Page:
Minorities are not treated respectfully eiher. Zelda is a caricature of an uneducated black woman who indulges and allows herself to be taken for granted by a husband who will not even defend her when she is threatened.

Giles is also a caricature – an ineffectual, alcoholic unemployable elderly gay artist who yearns for young men and youth, pitiful and cowardly unless led by a strong woman’s presence.

The military is portrayed as heartlessly and unnecessarily cruel, disposing of people like used socks and planning to vivisect a one of a kind creature with abilities and physical attributes that can only be exploited if it is alive. This latter is especially stupid and demonstrates the knee-jerk distain and prejudiced hatred del Toro and Taylor must have for an organization which helps protect our country. I could have understood a plot which wanted to use the creature, to perhaps even put it at risk in order to duplicate its abilities – but to simply and randomly kill it to see what is inside is a juvenile finger in the face to any kind of authority figure and exposes del Toro's —isms which prevent him from writing a good script.

But of course the women are courageous movers and shakers. Zelda, for all her weakness with her husband, is a stalwart companion to Elisa. And Elisa marshalls help from her friends in a daring rescue of the sentient creature who she then hides and has an affair with in her bathtub at home. If this sounds ridiculous and somewhat grotesque – it is.

And if you take any kind of objective look it is hard to determine who is the more evil – Strickland or Elisa. Elisa is a woman who feels isolated – mute from birth, no family, abandoned by a river with gill-shaped scars on her throat, who has a — thing — for her bath water.

After making contact with the creature Elisa goes to Giles to DEMAND – not ask or entreat – his help. She explains that she wants the creature because SHE is lonely, because SHE needs him, and because the creature is alone LIKE her. She does not say she wants to rescue him because he is a sentient creature about to be needlessly killed; not because he is perhaps the last of his kind – both of which would have been far nobler arguments. And, BTW, the only one who does consider these two more valid points is Dimitri the Russian spy.

Her friends must put themselves at risk because SHE wants the creature – leaving aside the answer to the question of what she would do if she fell out of infatuation with him – bring him back to the lab or leave him on the side of the road like an unwanted puppy?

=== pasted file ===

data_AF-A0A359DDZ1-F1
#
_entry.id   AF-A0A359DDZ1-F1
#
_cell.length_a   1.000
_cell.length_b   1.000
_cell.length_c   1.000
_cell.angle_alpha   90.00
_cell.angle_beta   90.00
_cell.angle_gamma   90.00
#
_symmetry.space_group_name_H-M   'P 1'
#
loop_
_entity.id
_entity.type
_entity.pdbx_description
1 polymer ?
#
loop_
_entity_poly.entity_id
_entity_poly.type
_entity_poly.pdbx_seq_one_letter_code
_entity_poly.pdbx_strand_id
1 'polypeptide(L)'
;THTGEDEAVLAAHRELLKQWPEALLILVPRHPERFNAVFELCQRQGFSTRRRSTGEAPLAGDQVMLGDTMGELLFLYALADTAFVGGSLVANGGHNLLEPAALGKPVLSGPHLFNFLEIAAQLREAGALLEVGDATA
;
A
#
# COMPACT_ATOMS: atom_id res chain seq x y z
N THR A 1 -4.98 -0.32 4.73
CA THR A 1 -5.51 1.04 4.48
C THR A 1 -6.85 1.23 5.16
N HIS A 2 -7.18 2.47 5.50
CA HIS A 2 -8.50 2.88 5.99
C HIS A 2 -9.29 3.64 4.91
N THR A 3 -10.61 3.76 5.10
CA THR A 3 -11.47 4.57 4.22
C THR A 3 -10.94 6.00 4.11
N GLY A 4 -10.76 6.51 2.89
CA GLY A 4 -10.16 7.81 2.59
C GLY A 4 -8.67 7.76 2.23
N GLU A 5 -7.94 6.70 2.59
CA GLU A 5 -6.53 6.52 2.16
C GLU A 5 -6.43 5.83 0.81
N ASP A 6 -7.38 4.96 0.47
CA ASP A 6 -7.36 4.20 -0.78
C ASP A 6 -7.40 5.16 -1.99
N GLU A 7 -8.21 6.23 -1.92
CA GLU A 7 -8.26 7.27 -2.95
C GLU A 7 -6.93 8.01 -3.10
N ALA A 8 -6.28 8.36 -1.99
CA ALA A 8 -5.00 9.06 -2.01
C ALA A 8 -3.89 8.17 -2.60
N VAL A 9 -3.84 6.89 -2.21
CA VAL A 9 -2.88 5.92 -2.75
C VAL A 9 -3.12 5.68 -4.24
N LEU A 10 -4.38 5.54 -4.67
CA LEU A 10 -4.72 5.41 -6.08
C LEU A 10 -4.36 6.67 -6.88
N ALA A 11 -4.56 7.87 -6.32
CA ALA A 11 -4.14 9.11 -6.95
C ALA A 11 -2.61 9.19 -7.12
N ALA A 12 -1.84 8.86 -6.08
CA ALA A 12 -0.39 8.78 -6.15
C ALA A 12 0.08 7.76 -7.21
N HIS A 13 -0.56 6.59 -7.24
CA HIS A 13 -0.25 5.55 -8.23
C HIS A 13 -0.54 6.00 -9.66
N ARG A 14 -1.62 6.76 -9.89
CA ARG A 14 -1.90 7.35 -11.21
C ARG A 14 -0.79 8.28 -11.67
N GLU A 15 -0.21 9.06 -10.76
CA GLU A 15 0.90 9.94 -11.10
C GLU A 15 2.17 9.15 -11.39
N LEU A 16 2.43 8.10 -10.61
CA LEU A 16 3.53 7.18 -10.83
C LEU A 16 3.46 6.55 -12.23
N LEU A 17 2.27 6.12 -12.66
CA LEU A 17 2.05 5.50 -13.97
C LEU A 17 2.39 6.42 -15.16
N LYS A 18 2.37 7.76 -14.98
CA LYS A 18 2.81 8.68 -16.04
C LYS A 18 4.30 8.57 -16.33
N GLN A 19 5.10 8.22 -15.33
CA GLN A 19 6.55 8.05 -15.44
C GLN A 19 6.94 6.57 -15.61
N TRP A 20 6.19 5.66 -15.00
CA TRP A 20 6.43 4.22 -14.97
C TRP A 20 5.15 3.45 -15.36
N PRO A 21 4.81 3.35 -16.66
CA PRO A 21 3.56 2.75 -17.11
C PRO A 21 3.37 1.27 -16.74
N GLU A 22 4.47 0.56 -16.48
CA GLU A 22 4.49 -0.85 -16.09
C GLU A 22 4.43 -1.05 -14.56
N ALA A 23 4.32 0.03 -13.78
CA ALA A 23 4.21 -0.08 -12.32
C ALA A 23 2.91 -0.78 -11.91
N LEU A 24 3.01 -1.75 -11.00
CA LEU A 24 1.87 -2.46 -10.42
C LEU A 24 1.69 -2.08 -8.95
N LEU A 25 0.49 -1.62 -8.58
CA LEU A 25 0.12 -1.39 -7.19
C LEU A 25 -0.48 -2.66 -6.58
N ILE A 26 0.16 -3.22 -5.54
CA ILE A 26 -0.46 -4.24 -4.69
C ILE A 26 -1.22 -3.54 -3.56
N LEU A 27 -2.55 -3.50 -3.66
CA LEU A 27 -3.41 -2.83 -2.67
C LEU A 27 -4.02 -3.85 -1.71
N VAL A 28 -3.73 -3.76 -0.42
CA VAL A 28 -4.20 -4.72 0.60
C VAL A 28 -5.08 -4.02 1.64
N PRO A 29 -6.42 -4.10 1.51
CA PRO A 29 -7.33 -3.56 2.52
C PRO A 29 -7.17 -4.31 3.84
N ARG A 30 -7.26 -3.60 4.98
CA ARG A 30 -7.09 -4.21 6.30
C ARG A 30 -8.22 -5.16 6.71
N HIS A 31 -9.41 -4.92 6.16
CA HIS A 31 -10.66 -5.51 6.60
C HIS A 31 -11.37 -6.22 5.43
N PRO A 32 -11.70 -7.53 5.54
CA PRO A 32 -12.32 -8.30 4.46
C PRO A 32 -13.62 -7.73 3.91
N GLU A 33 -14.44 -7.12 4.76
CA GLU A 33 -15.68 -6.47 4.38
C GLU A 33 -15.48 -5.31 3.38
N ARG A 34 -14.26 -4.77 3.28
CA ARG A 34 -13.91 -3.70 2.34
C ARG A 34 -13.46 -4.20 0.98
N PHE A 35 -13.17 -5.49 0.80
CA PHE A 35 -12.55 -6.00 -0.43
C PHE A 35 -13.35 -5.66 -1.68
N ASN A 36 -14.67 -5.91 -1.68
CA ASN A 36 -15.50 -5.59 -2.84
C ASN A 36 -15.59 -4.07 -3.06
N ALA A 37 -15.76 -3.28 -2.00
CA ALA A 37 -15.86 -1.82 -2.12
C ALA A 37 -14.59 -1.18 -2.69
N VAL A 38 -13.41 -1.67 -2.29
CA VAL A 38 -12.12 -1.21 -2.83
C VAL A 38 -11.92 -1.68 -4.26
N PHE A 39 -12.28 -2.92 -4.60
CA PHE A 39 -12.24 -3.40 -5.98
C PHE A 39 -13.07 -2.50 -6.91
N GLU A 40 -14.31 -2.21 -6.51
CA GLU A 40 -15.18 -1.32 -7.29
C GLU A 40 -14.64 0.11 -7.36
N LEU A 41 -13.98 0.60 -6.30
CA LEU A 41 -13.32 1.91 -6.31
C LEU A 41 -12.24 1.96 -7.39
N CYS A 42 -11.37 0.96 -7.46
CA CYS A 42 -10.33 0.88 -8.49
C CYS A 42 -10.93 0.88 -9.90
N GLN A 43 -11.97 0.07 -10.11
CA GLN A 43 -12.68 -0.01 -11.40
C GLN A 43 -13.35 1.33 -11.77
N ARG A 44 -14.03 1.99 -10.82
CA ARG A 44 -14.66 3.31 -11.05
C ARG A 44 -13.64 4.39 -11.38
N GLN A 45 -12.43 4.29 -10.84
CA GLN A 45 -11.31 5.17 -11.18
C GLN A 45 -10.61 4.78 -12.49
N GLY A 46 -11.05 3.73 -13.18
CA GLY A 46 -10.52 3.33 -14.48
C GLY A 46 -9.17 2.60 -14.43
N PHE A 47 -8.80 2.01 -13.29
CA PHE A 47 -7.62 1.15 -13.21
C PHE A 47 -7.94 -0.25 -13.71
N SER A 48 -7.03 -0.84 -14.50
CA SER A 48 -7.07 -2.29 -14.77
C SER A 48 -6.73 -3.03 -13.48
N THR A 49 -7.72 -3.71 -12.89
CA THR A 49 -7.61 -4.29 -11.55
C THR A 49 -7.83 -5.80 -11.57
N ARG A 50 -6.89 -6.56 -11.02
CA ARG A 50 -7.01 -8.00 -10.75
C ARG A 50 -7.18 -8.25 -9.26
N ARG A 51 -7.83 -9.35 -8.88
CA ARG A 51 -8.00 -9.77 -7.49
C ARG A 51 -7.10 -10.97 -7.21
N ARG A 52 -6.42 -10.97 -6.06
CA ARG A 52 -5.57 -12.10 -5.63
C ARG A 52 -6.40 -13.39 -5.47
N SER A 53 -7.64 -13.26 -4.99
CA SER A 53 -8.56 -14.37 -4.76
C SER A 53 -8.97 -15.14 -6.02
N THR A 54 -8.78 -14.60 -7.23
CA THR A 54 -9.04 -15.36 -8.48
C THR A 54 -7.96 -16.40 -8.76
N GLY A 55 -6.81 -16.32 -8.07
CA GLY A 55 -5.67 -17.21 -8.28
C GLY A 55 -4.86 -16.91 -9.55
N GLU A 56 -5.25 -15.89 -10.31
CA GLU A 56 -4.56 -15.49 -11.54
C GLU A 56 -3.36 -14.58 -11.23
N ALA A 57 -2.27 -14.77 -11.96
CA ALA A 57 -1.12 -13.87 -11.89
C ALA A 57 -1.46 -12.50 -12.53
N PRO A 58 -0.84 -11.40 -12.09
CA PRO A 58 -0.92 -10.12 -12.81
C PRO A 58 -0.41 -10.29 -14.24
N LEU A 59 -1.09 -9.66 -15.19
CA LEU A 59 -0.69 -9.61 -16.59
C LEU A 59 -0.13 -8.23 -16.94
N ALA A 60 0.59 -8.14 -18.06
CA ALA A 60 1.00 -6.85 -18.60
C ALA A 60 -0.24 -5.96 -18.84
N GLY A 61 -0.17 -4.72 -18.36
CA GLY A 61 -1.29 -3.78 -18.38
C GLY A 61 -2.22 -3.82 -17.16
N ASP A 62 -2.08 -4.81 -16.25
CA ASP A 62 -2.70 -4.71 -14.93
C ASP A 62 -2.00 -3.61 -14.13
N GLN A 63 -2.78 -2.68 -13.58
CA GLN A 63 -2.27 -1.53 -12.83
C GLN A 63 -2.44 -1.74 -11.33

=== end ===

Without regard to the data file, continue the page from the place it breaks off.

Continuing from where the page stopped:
So she coerces Giles into helping him, either not considering or not caring that he could get shot (which he almost does) or put in federal penitentiary for what they are about to do. She then, during the course of this ill-conceived adventure, forces Zelda to help her too. And had Dimitri not popped up and risked his own life to help them the misadventure WOULD have ended up with them all dead or in jail. Never mind the feds would, realistically, have had enough evidence to be on their tail within days – finger prints, the random witness. Instead these same agency members are now portrayed as not only evil but bumbling and come to the conclusion the creature was snatched by 10 specially trained Russian forces instead of two cleaning ladies and a sympathetic scientist. Meanwhile, the security guard who got a good look at Giles and was injected by Dimitri is an ignored casualty. The guard's murder is shrugged off by our "heroes" and Elisa gives it no thought even though it was her fault.

Once in her apartment she puts Giles at further risk by asking him to babysit the creature, who proceeds to eat one of his cats and gash his arm. Even Elisa doesn’t object when Giles forgives the creature on the grounds it is a “wild thing” and doesn’t understand what it did. So they KNOW it is an animal – a sentient one perhaps on the intelligence level of  dolphin, but an animal. Nonetheless, Elisa continues to care for it and eventually uses it as a — tub toy, filling her entire bathroom up to the ceiling with water. This foolish action puts the movie theater above which she lives at serious threat of collapsing. Water drips into the owner’s struggling movie house and shoos away the patrons, and floods the upstairs portion of the building, likely doing serious damage to the business of the owner, a man who has been nothing but kind to her.

At the end when she and the creature escape she leaves her friends behind to explain to police and federal authorities about three dead men – the guard, Strickland, and Dimitri, as well as a conspiratorial break-in and theft of a highly valuable animal. Zelda and Giles will probably go to jail. Thanks Elisa.

Additionally there is gratuitous sexuality and nudity, plus demonstrations of sadistic violence and cruelty especially towards the captive creature. They even take a random stab at blasphemy by declaring the creature a “god” because of his healing powers.

In a horrifying lapse of judgement, for even the jaded and agenda-driven Oscar voters, this is one of the best picture nominees.

To paraphrase a joke about the assassination at Ford’s Theatre – "So, aside from the bigotry, bestiality, blasphemy, brutality, buck nakedness and… misanthrope (an almost completely alliterative list) Mrs. Lincoln, how was the movie?"

To which she could quote Rhett: "sheer waste".